Given how little of Trevor Chamberlain’s work has appeared in print, this book deserves a celebration in itself. One of the most popular and well-loved painters working today, Trevor is very much a painter’s painter and he is fully at home in both oils and watercolours, encapsulating the atmosphere of his subjects in a style that is very much his own.
The first impression of one of Trevor’s paintings is often one of busy-ness and detail, that there is a lot going on, yet, on further examination, it can be seen that this is captured with the greatest economy; there isn’t one brushstroke more than is necessary and small details, such as faces are often left blank., the viewer being left to fill them in. The skill of the artist doing this is to provide enough visual clues for this to happen without thought.
Many artists have a subject with which they’re most associated, but you can’t really say that there is a classic Trevor Chamberlain painting. Trevor paints what catches his eye and what he sees, a landscape, a street scene, a fairground – his scenes always give the impression of being as they were at one moment in time rather than being made or worked up.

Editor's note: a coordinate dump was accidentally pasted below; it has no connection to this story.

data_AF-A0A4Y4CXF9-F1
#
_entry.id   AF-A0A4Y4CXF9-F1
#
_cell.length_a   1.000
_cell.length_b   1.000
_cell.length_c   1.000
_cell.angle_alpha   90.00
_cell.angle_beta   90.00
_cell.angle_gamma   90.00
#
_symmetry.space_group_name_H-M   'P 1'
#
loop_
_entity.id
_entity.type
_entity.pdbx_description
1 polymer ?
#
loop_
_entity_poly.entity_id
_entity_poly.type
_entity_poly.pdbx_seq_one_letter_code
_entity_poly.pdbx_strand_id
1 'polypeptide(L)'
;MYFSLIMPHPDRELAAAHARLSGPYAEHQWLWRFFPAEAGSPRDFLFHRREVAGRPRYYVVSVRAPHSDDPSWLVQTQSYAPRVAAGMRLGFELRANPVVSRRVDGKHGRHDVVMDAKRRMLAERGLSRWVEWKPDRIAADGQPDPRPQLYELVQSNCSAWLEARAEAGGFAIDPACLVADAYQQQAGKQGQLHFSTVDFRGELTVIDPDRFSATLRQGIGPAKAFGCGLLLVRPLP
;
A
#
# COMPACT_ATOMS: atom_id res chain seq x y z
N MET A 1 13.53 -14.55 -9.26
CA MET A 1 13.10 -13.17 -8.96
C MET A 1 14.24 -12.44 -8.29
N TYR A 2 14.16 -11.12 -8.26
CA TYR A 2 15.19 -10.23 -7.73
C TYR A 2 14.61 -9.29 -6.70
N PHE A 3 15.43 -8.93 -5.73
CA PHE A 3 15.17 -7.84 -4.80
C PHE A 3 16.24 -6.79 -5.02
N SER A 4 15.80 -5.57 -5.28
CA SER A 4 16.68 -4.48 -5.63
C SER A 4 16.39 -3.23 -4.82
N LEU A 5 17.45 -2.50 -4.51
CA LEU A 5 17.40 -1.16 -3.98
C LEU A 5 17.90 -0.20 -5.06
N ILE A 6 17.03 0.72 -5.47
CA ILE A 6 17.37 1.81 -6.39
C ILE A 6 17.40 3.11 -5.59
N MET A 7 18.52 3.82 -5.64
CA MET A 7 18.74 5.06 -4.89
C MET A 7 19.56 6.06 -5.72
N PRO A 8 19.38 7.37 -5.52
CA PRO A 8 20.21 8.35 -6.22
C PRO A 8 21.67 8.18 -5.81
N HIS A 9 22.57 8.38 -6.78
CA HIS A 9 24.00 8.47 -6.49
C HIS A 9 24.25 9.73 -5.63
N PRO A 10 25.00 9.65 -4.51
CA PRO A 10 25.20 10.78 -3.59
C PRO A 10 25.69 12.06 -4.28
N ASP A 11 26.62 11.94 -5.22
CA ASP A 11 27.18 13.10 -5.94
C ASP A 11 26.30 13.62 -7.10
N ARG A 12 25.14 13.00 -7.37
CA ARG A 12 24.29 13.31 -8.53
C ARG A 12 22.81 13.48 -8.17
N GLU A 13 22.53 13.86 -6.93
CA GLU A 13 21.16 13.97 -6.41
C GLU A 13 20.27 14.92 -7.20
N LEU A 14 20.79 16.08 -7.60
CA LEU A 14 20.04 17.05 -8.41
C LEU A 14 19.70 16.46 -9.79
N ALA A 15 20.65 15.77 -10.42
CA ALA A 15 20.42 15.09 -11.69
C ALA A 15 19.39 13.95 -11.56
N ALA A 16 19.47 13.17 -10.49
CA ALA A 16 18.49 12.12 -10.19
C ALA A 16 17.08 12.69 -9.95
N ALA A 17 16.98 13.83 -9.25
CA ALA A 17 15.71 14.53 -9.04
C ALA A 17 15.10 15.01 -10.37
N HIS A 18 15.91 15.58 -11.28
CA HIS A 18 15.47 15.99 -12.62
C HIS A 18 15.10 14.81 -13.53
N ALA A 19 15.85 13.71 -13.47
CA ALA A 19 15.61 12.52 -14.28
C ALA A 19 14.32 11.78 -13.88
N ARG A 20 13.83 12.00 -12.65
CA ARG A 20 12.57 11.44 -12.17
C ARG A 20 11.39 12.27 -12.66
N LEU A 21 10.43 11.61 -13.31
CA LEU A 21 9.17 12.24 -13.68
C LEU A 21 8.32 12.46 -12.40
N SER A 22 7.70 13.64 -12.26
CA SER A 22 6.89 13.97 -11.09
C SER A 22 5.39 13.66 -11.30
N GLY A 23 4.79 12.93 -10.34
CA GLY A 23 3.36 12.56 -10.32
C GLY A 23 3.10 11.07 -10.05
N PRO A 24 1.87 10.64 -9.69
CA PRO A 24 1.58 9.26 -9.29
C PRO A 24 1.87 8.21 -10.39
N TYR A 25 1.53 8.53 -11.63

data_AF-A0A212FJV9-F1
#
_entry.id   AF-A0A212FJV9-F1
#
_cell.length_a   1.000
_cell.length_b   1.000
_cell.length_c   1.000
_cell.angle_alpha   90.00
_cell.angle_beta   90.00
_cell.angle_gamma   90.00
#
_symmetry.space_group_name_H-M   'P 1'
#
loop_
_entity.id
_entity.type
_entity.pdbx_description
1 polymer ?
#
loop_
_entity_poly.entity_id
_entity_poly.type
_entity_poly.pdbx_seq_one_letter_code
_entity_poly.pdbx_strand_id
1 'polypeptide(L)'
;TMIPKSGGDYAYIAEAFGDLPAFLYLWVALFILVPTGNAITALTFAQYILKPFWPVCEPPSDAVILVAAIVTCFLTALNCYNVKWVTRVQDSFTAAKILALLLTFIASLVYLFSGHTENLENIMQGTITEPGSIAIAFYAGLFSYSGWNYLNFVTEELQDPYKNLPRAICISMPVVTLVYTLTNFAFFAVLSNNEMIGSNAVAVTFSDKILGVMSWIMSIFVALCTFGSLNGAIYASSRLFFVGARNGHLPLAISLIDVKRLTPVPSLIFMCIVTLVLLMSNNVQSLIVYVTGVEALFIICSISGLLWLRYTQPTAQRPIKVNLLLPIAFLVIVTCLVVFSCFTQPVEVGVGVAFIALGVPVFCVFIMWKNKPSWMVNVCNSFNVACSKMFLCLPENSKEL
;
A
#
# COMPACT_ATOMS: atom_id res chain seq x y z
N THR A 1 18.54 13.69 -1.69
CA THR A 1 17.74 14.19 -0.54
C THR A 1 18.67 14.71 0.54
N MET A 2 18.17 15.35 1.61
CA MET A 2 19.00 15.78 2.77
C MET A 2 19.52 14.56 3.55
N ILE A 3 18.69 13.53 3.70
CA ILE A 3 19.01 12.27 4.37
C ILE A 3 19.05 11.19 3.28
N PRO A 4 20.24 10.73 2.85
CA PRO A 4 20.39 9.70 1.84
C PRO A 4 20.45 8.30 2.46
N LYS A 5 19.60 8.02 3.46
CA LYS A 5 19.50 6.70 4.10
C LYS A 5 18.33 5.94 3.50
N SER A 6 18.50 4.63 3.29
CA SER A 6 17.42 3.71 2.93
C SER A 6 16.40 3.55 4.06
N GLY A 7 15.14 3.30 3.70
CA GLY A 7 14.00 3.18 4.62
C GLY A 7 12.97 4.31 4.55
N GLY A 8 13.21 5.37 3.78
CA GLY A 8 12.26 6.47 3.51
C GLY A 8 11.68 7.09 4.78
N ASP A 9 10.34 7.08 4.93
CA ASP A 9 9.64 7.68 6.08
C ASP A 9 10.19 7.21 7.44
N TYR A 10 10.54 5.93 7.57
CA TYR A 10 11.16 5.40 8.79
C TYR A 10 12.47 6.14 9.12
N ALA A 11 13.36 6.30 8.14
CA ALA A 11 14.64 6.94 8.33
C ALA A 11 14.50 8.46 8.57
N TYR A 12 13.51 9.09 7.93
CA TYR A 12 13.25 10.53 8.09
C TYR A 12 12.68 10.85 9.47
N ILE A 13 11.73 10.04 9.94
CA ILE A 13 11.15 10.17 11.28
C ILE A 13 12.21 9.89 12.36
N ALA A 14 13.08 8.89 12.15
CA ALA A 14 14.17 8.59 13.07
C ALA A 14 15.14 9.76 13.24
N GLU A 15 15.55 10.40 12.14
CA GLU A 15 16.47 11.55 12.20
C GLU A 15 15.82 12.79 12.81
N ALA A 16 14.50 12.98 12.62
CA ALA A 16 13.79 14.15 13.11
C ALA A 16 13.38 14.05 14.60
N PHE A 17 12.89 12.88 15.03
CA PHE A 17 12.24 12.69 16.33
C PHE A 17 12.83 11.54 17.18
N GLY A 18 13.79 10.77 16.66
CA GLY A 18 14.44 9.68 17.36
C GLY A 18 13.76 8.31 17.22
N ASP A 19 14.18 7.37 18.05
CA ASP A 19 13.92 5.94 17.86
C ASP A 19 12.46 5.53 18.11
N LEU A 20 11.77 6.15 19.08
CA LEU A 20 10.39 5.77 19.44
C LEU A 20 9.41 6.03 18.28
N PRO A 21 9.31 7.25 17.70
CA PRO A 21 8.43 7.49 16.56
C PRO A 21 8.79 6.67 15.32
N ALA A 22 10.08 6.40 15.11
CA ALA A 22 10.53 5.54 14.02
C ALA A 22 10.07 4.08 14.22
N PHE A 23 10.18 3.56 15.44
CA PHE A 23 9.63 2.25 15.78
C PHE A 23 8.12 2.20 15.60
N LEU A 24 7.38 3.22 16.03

As well as being a history of Trevor’s work, this book also encapsulates a short history of colour reproduction. It isn’t so many years ago that books included very little colour because of the cost and difficulties of faithful reproduction. Some of the images here are not perhaps as good as they might be if they had been originated today, but this is a small price to pay for the sheer scope that’s offered and the book should please any admirer of Trevor’s work.
Year published: 2006
List price: £34.99